Concrete is one of the most adaptable and versatile materials used in the construction industry and is one of the most widely used materials in construction projects. In a previous article on concrete, we discussed the fact that the estimator must consider each of the following major components individually: formwork, reinforcing steel, ready-mix concrete, placement of the concrete mix, finishing of the surface, and curing. Subsequent articles will deal with each of these topics in turn. This article will deal with the subject of concrete reinforcing.
Wet concrete will do two things — get hard and crack. We want concrete to get hard, but we also need to minimize some types of cracking and eliminate other types.
Temperature and shrinkage cracking in concrete flat work, rather than letting them appear wherever they want as a few visible meandering cracks, can be minimized by dispersing them throughout the concrete into many, almost invisible cracks, by use of welded wire mesh reinforcing or nylon or steel fiber reinforcing.
Cracking caused by sudden catastrophic structural failure of concrete beams, girders and elevated slabs must be avoided at all costs. Concrete is strong in compression but weak in tension. A beam or elevated slab that flexes under load will be in compression at the top and in tension at the bottom. Steel bars are strong in tension and are the ideal choice to combine with concrete to produce reinforced concrete that is strong in both tension and compression.
Steel reinforcing bars are generally round and usually “deformed”, meaning that they have ridges stamped on them to better anchor them in concrete. They are generally made in diameters of 3/8" up to 2-1/4". Their size is designated by a number, the number representing the number of eighths of an inch in the diameter; therefore a No. 4 bar is 1/2" in diameter and a No. 10 bar is 1-1/4" in diameter. Some steel reinforcing bars are straight; others will have bends or hooks in them, depending on their function in the concrete. Reinforcing spirals for round concrete columns and foundation caissons are made of smooth bars bent into a spiral.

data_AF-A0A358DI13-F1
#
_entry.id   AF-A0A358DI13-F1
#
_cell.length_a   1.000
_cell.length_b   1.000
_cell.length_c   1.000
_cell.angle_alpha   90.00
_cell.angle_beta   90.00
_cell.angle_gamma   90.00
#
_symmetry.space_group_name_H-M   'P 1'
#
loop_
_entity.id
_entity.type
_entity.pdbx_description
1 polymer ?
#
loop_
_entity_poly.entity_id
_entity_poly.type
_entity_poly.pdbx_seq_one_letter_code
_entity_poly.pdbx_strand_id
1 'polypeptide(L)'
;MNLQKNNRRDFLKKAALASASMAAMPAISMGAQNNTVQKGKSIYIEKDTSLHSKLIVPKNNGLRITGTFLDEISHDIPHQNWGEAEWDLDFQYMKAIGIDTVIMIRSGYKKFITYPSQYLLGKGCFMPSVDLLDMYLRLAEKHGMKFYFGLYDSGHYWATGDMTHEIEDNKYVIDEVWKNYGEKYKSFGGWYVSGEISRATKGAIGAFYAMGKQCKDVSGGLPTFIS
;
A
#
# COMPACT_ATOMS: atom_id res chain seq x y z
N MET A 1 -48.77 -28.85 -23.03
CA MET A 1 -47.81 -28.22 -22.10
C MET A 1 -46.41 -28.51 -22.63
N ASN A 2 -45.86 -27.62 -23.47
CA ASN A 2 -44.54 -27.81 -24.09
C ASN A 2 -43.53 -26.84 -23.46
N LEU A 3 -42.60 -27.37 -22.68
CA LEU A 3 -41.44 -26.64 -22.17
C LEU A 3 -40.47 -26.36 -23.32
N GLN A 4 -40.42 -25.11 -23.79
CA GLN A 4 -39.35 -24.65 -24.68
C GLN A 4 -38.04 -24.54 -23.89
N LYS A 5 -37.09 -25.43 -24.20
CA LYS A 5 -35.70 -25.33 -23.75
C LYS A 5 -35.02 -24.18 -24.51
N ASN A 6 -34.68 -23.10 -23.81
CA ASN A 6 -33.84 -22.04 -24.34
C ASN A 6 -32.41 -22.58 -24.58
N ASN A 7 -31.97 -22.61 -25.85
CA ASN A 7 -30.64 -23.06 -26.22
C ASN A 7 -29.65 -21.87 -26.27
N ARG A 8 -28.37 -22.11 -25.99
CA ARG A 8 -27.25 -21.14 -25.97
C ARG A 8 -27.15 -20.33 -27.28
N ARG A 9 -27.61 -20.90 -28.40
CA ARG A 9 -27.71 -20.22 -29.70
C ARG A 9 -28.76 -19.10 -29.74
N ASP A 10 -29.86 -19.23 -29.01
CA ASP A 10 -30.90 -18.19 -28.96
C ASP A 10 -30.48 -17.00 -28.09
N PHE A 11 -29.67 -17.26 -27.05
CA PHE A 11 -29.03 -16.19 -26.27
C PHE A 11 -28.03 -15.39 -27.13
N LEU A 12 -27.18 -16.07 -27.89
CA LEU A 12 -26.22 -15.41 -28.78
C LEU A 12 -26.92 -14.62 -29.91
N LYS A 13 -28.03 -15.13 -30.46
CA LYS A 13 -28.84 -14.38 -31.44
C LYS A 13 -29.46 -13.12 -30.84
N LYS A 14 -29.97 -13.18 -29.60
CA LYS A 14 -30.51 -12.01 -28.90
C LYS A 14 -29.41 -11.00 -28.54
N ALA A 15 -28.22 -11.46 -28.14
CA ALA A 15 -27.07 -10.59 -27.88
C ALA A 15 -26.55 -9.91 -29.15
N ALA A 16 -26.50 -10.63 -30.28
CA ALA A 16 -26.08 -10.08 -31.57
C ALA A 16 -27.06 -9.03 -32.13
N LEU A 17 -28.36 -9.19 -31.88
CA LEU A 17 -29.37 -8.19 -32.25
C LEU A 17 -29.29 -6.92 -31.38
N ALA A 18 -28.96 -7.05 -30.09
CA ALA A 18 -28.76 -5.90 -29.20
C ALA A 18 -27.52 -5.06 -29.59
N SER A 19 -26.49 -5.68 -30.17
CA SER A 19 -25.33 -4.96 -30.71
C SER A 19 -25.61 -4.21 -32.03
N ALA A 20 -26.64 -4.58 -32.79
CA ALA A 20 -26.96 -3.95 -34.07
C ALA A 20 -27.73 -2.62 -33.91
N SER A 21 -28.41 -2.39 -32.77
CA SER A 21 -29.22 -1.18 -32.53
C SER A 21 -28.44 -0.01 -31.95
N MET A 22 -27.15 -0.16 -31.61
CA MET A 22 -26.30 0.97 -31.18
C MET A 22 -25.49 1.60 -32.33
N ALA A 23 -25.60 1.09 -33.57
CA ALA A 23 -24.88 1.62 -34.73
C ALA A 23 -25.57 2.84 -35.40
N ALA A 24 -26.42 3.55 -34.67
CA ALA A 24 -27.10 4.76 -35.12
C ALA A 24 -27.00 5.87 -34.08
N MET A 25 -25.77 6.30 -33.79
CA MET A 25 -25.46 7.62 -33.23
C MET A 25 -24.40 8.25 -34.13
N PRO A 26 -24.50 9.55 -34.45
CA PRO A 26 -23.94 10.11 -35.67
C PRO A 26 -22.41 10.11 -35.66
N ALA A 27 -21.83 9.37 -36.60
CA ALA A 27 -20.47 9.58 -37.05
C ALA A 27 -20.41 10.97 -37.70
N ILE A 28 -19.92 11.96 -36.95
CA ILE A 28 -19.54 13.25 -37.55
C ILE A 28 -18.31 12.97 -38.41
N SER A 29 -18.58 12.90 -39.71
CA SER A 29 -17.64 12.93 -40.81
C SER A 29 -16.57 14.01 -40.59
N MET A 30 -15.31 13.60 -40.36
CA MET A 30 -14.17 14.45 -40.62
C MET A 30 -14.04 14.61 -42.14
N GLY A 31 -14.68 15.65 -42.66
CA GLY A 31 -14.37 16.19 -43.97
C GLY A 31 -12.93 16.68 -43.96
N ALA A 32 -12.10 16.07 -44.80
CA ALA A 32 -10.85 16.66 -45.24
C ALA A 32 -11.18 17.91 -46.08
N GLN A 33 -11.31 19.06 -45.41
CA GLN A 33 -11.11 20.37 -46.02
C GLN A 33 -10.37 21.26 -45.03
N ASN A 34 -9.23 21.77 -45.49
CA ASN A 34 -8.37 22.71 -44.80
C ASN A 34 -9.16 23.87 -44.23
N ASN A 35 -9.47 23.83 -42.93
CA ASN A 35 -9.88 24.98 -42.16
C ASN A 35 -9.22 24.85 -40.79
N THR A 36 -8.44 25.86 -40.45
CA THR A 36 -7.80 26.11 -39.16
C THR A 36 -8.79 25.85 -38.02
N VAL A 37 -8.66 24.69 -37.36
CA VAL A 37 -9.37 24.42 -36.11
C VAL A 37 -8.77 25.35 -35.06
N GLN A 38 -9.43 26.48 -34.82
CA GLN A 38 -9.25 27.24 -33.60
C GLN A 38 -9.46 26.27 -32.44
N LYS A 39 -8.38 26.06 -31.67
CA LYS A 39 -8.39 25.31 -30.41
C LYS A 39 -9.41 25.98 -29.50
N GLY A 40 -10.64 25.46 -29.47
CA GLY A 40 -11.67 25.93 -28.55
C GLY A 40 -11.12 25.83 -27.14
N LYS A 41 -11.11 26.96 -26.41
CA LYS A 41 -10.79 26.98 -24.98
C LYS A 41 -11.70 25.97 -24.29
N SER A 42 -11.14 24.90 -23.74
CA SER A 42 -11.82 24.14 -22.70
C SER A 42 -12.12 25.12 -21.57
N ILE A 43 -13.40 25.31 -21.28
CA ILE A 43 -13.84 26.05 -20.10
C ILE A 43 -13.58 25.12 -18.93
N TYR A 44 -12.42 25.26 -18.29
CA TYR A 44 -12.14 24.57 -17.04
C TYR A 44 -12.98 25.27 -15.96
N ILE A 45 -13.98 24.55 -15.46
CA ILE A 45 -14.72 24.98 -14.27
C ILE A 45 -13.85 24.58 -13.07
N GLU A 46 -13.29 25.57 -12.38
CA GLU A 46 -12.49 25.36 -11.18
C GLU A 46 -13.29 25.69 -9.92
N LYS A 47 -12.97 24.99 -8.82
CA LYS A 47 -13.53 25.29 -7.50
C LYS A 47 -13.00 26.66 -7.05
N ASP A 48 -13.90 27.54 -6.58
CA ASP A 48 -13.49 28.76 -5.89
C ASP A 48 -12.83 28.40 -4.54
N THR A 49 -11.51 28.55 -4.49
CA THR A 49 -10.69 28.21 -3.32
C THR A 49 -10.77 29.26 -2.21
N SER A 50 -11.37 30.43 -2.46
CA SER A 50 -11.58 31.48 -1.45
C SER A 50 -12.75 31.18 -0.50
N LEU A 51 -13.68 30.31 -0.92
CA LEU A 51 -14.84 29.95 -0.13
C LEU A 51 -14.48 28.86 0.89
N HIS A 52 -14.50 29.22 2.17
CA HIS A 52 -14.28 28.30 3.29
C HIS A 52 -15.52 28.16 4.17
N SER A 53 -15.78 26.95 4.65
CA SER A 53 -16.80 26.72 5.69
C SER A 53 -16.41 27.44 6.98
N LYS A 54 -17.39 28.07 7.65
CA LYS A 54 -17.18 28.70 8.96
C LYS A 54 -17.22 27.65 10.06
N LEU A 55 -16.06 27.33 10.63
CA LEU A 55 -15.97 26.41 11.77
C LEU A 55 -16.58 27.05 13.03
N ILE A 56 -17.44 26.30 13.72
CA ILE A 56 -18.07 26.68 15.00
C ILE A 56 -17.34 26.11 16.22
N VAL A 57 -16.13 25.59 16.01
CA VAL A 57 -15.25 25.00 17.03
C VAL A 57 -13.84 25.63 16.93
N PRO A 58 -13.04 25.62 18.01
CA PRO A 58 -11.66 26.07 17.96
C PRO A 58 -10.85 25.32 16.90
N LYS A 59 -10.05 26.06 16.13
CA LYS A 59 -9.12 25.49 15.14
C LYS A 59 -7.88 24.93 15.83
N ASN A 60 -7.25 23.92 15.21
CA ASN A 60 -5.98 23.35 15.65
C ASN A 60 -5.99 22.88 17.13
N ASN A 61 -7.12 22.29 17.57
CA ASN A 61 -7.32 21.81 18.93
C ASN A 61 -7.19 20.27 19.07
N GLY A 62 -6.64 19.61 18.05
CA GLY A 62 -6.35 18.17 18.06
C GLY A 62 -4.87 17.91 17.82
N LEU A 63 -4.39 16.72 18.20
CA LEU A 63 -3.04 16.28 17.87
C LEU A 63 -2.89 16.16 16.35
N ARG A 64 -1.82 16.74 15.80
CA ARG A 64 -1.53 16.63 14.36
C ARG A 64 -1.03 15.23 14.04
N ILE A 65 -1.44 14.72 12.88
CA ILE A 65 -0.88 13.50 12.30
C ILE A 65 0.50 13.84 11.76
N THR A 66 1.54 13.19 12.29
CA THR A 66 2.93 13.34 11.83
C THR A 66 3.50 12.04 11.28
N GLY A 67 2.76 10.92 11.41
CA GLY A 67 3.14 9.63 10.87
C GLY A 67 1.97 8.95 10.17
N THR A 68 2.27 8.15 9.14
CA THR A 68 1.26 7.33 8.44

Because the location of reinforcing steel within concrete is critical in most cases (steel must be placed where stresses are the greatest), reinforcing accessories are required to position and hold the steel in place. Accessories include beam bolsters, slab bolsters, individual and continuous high chairs, joist chairs and bar chairs. Steel bars are wired to these accessories so that their original position will be maintained during the placement and consolidation of wet concrete.
A general estimator will probably not estimate the cost of steel reinforcing for a complex reinforced concrete structure; to do so will require special training and a thorough working knowledge of the “rules” as set forth in the Manual of Standard Practice, published by the Concrete Reinforcing Steel Institute. Steel reinforcing fabricators will do their own material take-off and will quote the concrete subcontractor or general contractor for delivery of all reinforcing steel FOB job site. The contractor must then get an estimate from an erection firm that will use, as a basis for their quote, the tonnage given by the fabricator or they will do their own take-off. In some cases the fabricator will quote for both furnishing and erecting the steel reinforcing.